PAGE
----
Fascia Refresh: Our Evolving Understanding

By John F. Barnes, PT, LMT
July 12, 2023

Fascia Refresh: Our Evolving Understanding

By John F. Barnes, PT, LMT
July 12, 2023

Most, if not all, massage therapists have a deep love and respect for the profession. One of the greatest honors of being in the profession is witnessing not only how we’re able to help our clients but also how we’re able to help our profession grow and take more solid root in how we approach a wide variety of conditions, from chronic pain to anxiety to injury to mental health.

A good part of that growth is evidenced in research. More and more we’re seeing research solidly indicates what many of us have known for a long time: there are real benefits to our work.

The growth of the massage profession is also seen in the myriad ways we as therapists grow, like through continuing education and our own experience as we practice over the years. We are continually challenged to review and revise what we know and understand about the complex systems that combine to create the whole human body.

This is especially true of fascia.

See Also: Myofascial Release and Massage Therapy: A Winning Combination


Much of the beginning of our understanding of fascia comes from dissecting cadavers. Part of the problem with cadavers being the main source of all of our information is that they don’t mirror lived experience; in other words, our model of reality and how we work with living beings was founded in bodies that were no longer alive.

Put simply, the fascia is the immediate environment of every cell of our body—including a microfascial system within every cell. Try to picture the fascial system as a three-dimensional web made of a collagen matrix that extends all the way down to the molecular level.

The space within the fibers of the web is the fluid of our bodies; this fluid is called ground substance. Gerald Pollack’s research advanced the idea that there is a fourth phase of water—beyond the well-known water, ice and vapor—where water can at times demonstrate a tendency to behave in a crystalline manner. Pollack named this water “vicinal water.”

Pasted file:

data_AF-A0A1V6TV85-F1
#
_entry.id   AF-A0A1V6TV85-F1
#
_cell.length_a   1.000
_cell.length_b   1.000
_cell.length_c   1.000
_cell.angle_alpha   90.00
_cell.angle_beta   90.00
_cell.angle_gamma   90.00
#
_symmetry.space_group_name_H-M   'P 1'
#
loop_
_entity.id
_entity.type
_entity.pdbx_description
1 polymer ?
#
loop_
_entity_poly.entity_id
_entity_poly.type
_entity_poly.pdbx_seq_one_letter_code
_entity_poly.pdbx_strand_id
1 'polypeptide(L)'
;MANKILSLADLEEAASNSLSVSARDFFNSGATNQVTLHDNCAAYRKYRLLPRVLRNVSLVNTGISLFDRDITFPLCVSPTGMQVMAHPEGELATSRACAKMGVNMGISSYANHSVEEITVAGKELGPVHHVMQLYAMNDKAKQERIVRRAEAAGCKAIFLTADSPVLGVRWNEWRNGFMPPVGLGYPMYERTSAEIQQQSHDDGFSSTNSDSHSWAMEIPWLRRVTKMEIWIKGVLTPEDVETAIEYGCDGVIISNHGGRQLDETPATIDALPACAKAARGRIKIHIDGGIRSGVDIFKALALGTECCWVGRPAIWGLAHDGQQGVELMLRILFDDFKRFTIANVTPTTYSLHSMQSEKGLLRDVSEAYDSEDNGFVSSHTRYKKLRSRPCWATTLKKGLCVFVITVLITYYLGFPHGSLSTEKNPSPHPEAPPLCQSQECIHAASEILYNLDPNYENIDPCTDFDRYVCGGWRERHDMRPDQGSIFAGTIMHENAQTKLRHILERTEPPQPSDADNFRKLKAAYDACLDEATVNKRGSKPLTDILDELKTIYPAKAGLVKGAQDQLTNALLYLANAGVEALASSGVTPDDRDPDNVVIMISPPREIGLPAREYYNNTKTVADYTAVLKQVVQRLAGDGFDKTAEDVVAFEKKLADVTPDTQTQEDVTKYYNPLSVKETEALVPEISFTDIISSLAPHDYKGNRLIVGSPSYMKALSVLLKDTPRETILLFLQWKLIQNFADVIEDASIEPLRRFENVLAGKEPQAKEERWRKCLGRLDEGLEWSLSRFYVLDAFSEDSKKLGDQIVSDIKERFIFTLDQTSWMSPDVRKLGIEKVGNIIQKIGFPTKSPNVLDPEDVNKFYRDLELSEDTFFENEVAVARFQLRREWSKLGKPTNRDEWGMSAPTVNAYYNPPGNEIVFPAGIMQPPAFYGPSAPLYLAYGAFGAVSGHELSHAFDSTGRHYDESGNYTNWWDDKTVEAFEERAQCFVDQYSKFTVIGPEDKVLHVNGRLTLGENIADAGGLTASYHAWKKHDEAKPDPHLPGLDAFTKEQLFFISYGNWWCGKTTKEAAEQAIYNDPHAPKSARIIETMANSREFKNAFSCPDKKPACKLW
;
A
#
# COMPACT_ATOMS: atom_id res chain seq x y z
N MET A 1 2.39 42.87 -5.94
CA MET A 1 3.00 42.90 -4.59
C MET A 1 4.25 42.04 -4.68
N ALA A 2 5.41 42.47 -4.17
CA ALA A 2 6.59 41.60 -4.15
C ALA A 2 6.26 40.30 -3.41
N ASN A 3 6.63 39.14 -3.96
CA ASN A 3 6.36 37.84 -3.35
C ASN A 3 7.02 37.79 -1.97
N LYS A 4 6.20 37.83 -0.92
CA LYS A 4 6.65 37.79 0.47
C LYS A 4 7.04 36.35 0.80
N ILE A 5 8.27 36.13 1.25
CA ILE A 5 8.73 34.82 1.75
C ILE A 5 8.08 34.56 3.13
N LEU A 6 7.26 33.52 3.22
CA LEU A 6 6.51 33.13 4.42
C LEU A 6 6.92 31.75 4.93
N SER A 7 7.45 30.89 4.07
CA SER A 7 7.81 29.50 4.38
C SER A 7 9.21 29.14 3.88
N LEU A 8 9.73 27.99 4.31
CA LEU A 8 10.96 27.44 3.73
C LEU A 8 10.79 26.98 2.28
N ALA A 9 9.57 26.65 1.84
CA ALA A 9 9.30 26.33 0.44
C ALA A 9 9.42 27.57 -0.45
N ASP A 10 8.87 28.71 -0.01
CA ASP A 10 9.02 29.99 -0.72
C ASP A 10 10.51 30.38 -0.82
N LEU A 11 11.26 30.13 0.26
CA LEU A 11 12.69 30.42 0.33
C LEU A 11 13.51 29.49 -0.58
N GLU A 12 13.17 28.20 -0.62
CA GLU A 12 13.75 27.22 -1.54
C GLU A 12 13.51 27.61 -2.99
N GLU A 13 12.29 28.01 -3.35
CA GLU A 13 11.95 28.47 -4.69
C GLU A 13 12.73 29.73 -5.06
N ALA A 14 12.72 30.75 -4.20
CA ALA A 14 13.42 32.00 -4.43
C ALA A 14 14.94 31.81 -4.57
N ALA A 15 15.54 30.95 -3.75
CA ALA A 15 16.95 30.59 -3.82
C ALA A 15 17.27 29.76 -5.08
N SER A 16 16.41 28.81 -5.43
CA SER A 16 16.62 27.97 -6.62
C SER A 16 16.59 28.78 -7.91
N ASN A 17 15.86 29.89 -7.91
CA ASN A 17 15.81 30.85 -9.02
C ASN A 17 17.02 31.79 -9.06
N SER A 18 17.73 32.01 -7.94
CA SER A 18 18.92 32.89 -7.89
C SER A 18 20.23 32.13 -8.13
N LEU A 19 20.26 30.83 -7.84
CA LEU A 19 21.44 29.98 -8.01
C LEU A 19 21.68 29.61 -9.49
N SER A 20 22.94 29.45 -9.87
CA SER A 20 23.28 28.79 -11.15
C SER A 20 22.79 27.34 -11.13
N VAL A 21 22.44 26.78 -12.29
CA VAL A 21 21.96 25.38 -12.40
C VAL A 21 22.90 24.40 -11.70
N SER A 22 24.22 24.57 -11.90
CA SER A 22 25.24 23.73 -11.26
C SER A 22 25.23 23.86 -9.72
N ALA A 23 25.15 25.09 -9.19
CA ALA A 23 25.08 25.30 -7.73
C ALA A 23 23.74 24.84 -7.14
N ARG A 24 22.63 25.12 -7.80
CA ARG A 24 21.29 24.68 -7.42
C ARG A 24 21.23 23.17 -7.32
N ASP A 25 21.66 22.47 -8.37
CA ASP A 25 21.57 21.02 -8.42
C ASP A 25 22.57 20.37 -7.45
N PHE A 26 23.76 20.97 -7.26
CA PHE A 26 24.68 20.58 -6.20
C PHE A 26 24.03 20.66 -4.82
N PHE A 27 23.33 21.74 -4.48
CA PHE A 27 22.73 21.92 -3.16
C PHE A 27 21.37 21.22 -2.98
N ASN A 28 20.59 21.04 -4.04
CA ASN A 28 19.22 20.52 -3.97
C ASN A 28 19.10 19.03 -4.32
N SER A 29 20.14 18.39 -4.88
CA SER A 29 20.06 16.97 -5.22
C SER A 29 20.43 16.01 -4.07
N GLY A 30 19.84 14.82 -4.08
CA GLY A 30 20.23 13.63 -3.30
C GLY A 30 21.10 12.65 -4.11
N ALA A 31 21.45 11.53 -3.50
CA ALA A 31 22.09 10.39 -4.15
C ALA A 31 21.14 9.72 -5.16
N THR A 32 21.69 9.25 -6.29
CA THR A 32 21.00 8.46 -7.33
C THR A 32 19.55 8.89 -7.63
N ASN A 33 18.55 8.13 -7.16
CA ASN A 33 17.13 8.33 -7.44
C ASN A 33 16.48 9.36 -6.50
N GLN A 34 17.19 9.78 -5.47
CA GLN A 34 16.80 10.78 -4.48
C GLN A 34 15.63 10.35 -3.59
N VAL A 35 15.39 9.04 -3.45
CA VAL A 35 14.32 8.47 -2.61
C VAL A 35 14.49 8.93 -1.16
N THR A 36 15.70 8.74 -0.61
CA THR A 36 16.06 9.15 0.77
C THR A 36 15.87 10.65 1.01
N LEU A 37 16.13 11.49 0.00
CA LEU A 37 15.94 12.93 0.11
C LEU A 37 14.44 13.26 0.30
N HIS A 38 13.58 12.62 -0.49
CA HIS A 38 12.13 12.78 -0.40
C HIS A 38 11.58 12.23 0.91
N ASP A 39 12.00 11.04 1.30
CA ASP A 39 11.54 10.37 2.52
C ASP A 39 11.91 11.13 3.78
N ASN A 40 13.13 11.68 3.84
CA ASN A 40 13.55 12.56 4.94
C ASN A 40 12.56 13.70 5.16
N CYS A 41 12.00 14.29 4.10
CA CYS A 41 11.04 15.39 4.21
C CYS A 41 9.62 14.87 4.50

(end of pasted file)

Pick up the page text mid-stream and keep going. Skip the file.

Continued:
All the oxygen we breathe, all the nutrition we ingest, all the fluids that we drink must pass through the ground substance. Remember that hydration isn’t just the fluid going down your throat but also how hydration enters your cells, just as nutrition is not nutrition until it enters the cell.

Within the cell is the cytoskeleton, a dynamic network of protein filaments that lend structural support and is involved in myriad cellular processes. Microtubules, one of three components of the cytoskeleton, are hollow, tubular structures that can influence fluid dynamics within cells. The frequencies of light and internal milieu of the microtubules of the fascial system must be fluid to allow the photons to flow for consciousness to reach every aspect of our being.


As you go through trauma, that which should be fluid—the ground substance—begins to solidify and can disrupt the lymphatic system’s ability to filter waste products.

My own struggle with many traumas and trying to free myself of the pain that I incurred over the years is what deepened my understanding of the fascial system and how it functions.

I tried every other type of therapy available and nothing gave me more than temporary results. When we go through physical or emotional trauma, the ground substance of the fascial system begins to solidify into a crushing mass that can create pain, dysfunction, disease and restriction of motion, and this blocks the flow of consciousness into vital areas of our bodies.

See Also: Myofascial Release as a Self-Care Tool

If you are interested in more details about this, there are two wonderful books you may want to read. One is called “Shadows of the Mind: A Search for the Missing Science of Consciousness” by Dr. Roger Penrose, who is one of the leading consciousness researchers in the world, along with Dr. Stuart Hameroff. There is also a book by the physicist Dr. Mae-Wan Ho, called “The Rainbow and the Worm, The Physics of Organisms.”

You may also want to look into the work of Dr. Paul Standley, a Professor of Physiology at the University of Arizona College of Medicine. Some of his research suggests that the process of mechanotransduction—what happens during myofascial release when massage therapists use sustained pressure—produces interleukins. Interleukin 8 is one of the natural anti-inflammatories of our bodies, and may also help us to increase circulation and boost the immune system, all essential for the healing process.

As our understanding continues to grow and more firmly root the benefits offered by myofascial release, we must not lose our curiosity and commitment to advancing not only our own knowledge but also how our clients understand the work that we do together.